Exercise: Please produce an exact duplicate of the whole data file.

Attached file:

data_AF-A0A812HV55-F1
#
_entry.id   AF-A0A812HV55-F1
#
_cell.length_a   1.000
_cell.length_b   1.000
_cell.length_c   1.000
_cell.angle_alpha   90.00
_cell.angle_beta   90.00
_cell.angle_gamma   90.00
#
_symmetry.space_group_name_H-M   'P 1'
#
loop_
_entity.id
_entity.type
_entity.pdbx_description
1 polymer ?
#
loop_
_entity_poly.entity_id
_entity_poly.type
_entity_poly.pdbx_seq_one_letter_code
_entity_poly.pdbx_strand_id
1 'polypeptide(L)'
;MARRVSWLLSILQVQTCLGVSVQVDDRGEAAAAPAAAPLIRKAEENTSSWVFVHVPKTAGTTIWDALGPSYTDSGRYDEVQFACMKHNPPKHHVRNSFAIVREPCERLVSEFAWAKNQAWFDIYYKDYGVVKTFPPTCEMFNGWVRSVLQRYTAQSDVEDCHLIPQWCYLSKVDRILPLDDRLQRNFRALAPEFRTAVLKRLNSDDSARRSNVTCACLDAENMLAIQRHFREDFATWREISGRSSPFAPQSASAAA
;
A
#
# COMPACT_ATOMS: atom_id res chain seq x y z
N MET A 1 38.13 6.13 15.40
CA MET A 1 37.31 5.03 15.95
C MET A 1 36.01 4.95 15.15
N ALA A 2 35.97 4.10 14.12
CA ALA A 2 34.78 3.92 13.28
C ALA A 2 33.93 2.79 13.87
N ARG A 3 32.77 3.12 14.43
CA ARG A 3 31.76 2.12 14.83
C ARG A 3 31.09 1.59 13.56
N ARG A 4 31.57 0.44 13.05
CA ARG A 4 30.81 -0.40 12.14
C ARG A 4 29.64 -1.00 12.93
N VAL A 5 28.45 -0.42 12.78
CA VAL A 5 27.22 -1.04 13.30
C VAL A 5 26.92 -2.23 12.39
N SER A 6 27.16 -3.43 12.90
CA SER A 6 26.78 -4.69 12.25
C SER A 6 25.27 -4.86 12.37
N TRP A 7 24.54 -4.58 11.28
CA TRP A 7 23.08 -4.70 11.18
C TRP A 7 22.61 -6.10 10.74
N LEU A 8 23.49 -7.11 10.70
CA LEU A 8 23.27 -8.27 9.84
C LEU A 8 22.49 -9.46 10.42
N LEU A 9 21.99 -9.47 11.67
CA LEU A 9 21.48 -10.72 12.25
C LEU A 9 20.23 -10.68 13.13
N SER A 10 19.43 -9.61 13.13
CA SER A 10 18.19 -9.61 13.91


data_AF-A0A812HV55-F1
#
_entry.id   AF-A0A812HV55-F1
#
_cell.length_a   1.000
_cell.length_b   1.000
_cell.length_c   1.000
_cell.angle_alpha   90.00
_cell.angle_beta   90.00
_cell.angle_gamma   90.00
#
_symmetry.space_group_name_H-M   'P 1'
#
loop_
_entity.id
_entity.type
_entity.pdbx_description
1 polymer ?
#
loop_
_entity_poly.entity_id
_entity_poly.type
_entity_poly.pdbx_seq_one_letter_code
_entity_poly.pdbx_strand_id
1 'polypeptide(L)'
;MARRVSWLLSILQVQTCLGVSVQVDDRGEAAAAPAAAPLIRKAEENTSSWVFVHVPKTAGTTIWDALGPSYTDSGRYDEVQFACMKHNPPKHHVRNSFAIVREPCERLVSEFAWAKNQAWFDIYYKDYGVVKTFPPTCEMFNGWVRSVLQRYTAQSDVEDCHLIPQWCYLSKVDRILPLDDRLQRNFRALAPEFRTAVLKRLNSDDSARRSNVTCACLDAENMLAIQRHFREDFATWREISGRSSPFAPQSASAAA
;
A
#
# COMPACT_ATOMS: atom_id res chain seq x y z
N MET A 1 38.13 6.13 15.40
CA MET A 1 37.31 5.03 15.95
C MET A 1 36.01 4.95 15.15
N ALA A 2 35.97 4.10 14.12
CA ALA A 2 34.78 3.92 13.28
C ALA A 2 33.93 2.79 13.87
N ARG A 3 32.77 3.12 14.43
CA ARG A 3 31.76 2.12 14.83
C ARG A 3 31.09 1.59 13.56
N ARG A 4 31.57 0.44 13.05
CA ARG A 4 30.81 -0.40 12.14
C ARG A 4 29.64 -1.00 12.93
N VAL A 5 28.45 -0.42 12.78
CA VAL A 5 27.22 -1.04 13.30
C VAL A 5 26.92 -2.23 12.39
N SER A 6 27.16 -3.43 12.90
CA SER A 6 26.78 -4.69 12.25
C SER A 6 25.27 -4.86 12.37
N TRP A 7 24.54 -4.58 11.28
CA TRP A 7 23.08 -4.70 11.18
C TRP A 7 22.61 -6.10 10.74
N LEU A 8 23.49 -7.11 10.70
CA LEU A 8 23.27 -8.27 9.84
C LEU A 8 22.49 -9.46 10.42
N LEU A 9 21.99 -9.47 11.67
CA LEU A 9 21.48 -10.72 12.25
C LEU A 9 20.23 -10.68 13.13
N SER A 10 19.43 -9.61 13.13
CA SER A 10 18.19 -9.61 13.91